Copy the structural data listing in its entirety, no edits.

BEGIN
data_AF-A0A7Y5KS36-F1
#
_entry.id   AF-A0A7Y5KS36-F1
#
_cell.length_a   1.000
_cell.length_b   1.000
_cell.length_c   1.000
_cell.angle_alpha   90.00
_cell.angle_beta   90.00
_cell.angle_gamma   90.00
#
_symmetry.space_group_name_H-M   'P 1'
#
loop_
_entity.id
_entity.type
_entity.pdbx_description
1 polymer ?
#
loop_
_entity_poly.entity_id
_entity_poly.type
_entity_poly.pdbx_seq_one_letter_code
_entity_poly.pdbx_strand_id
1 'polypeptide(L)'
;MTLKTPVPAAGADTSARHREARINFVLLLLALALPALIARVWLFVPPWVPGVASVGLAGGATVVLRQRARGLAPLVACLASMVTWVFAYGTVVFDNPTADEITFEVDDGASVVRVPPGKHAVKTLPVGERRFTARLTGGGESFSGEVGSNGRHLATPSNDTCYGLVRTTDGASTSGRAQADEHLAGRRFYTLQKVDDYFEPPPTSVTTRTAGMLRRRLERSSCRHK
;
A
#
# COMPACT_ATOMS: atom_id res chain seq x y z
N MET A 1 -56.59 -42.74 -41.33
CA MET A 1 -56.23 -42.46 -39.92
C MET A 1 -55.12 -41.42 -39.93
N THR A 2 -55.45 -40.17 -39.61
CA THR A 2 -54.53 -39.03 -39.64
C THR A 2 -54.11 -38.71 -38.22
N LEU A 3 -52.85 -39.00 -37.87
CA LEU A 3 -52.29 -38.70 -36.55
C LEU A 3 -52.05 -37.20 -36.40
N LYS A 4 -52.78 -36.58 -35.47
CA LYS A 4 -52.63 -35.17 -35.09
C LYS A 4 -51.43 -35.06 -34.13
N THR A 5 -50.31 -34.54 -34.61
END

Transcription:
data_AF-A0A7Y5KS36-F1
#
_entry.id   AF-A0A7Y5KS36-F1
#
_cell.length_a   1.000
_cell.length_b   1.000
_cell.length_c   1.000
_cell.angle_alpha   90.00
_cell.angle_beta   90.00
_cell.angle_gamma   90.00
#
_symmetry.space_group_name_H-M   'P 1'
#
loop_
_entity.id
_entity.type
_entity.pdbx_description
1 polymer ?
#
loop_
_entity_poly.entity_id
_entity_poly.type
_entity_poly.pdbx_seq_one_letter_code
_entity_poly.pdbx_strand_id
1 'polypeptide(L)'
;MTLKTPVPAAGADTSARHREARINFVLLLLALALPALIARVWLFVPPWVPGVASVGLAGGATVVLRQRARGLAPLVACLASMVTWVFAYGTVVFDNPTADEITFEVDDGASVVRVPPGKHAVKTLPVGERRFTARLTGGGESFSGEVGSNGRHLATPSNDTCYGLVRTTDGASTSGRAQADEHLAGRRFYTLQKVDDYFEPPPTSVTTRTAGMLRRRLERSSCRHK
;
A
#
# COMPACT_ATOMS: atom_id res chain seq x y z
N MET A 1 -56.59 -42.74 -41.33
CA MET A 1 -56.23 -42.46 -39.92
C MET A 1 -55.12 -41.42 -39.93
N THR A 2 -55.45 -40.17 -39.61
CA THR A 2 -54.53 -39.03 -39.64
C THR A 2 -54.11 -38.71 -38.22
N LEU A 3 -52.85 -39.00 -37.87
CA LEU A 3 -52.29 -38.70 -36.55
C LEU A 3 -52.05 -37.20 -36.40
N LYS A 4 -52.78 -36.58 -35.47
CA LYS A 4 -52.63 -35.17 -35.09
C LYS A 4 -51.43 -35.06 -34.13
N THR A 5 -50.31 -34.54 -34.61